Traveling Is About The Memories
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Profile photo of Tonya Hidalgo

Recently I went through a small bag of my mom’s things that my father brought me.  There was really nothing of major consequence in it.  There were a few small things from the kitchen, a few recipes and an old Disney resort key.  That key was from the last trip that my mom and I took to Disney together, just the two of us.  We took a few other trips as a family, but that was the last one just for us girls.  I admit that I had a good cry.

You see, mom went home to heaven in March of this year (2015), so the loss is still quite heavy at times.  This unexpected bag, although almost empty, was full of memories and emotions. That one card key holds the sights and smells of the Walt Disney World theme parks.  There were memories of laughter during the ride to Florida while listening to oldies on the radio, and there was that nervous feeling that I had while trying to explain about this guy that I had been chatting with online. That key holds the memory of mom telling me to give that guy (now my husband) my cell phone number because she “had a good feeling about that one”, and it was the first time that he spoke to my mom on the phone.

We loved to go to Disney at Christmas.  Disney just really knows how to create the atmosphere! We loved seeing the Osborne Christmas Lights at Disney Hollywood Studios, and we always made our rounds through the deluxe resorts to see their decorations.  Of course, there is no match for the Magic Kingdom at Christmas.  Should I even mention the food?  The smell of gingerbread, chestnuts and pastries.  Oh, it makes my mouth water to just think about it.

During this trip mom let me push her around the parks in a wheelchair without fussing at all. She had allowed me to do this a few times before, but I could tell that she had settled into knowing that this was the best.  I believe that the only reason that she did not use a motorized chair was her fear of hitting someone.  She’d had a stroke when I was 14, and a small portion of her vision was missing.  Sometimes large objects could disappear, depending on the angle that she was looking.  She found out that having the chair freed her up to enjoy the parks, and ultimately to enjoy just spending time together.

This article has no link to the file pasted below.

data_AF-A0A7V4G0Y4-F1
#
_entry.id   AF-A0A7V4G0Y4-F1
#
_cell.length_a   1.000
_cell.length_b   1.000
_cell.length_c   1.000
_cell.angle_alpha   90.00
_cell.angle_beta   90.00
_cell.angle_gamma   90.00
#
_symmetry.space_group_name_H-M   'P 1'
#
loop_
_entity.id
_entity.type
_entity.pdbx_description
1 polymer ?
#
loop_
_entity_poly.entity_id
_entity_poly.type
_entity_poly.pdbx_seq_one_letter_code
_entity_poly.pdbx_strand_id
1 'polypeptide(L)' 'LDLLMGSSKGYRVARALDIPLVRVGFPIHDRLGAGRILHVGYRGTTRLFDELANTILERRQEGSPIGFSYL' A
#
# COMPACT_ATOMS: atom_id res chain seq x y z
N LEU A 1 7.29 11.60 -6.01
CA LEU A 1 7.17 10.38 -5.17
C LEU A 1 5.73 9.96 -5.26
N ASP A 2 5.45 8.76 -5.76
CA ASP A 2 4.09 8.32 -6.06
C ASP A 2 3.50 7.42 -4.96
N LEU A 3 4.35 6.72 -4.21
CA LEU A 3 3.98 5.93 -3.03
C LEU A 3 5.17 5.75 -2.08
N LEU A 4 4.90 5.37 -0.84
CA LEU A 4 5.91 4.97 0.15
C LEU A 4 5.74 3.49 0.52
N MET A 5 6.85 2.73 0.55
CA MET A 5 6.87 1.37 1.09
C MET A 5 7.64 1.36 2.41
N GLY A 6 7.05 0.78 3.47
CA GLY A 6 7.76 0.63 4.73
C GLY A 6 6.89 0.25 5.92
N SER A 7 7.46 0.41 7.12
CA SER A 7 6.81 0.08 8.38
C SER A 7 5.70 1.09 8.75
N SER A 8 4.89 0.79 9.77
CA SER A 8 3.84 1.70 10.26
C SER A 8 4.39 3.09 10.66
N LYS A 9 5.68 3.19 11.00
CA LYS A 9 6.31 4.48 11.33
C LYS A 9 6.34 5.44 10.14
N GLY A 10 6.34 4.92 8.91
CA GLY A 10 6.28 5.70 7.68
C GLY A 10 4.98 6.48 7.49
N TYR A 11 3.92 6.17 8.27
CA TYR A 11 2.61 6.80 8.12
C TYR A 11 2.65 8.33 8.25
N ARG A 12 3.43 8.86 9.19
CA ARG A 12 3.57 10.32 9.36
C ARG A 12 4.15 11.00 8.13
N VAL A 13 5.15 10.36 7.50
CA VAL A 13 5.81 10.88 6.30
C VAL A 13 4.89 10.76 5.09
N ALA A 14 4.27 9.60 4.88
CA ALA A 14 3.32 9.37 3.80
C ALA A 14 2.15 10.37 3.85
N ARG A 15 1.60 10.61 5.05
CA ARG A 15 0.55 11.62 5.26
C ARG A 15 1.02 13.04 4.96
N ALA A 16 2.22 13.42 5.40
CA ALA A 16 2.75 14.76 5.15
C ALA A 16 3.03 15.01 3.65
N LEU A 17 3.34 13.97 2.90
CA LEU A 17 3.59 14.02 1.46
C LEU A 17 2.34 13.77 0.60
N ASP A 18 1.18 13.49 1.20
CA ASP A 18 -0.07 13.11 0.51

As I am thinking about that trip and others that we took together, I am so thankful that my mom had the courage to push through and keep trying.  Just think of the memories that I listed. I would not have had those if mom had decided (without even trying) that it would be too hard. We still would have had a talk about this guy that I was talking to at some point, but it would not have been as detailed.  It most likely would have been on the phone.  There would not have been silly conversation in the lobby of the Fort Wilderness Lodge, as she reasoned that I should just send him a photo from my phone and surprise him.  Then she would not have been there for that first phone call.

Granted, all trips will not be as life-changing as this one was for me, but each trip proved to her and to all of us that life is worth living.  It is worth taking a chance, getting out of the house, making the extra arrangements for the oxygen and making lots of memories.  I have pictures from that trip, but I have what I call heart pictures too.  Those moments when there is no camera around, but the image is forever imbedded in your mind.  Those moments are some of my greatest treasures.

If you are thinking that she must not have been in the end stage or maybe her lung capacity was higher than yours, I would like to say, please don’t try to compare.  I know of some with lung capacities above 35% that will not try, and I know that my mom was still trying with a capacity less than 17%.  That’s right.  That was the last test that they did, and after that things got worse.  Mom and her doctor just decided that it wouldn’t help either of them to know details about what they already knew.  It was less.  During this time, mom went to Disney with us.  She was able to enjoy watching my son (2 years old at the time) with Mickey.  Then a few months after that, she was able to go with us for his first beach trip.  We only wish that she could have enjoyed the same with my daughter.

Please take our example as it is intended, to encourage you to get out of the house and continue living.  For more information about how to accomplish traveling with oxygen and the limitations of COPD, check out my book Traveling with COPD.  I hope you will continue making memories.

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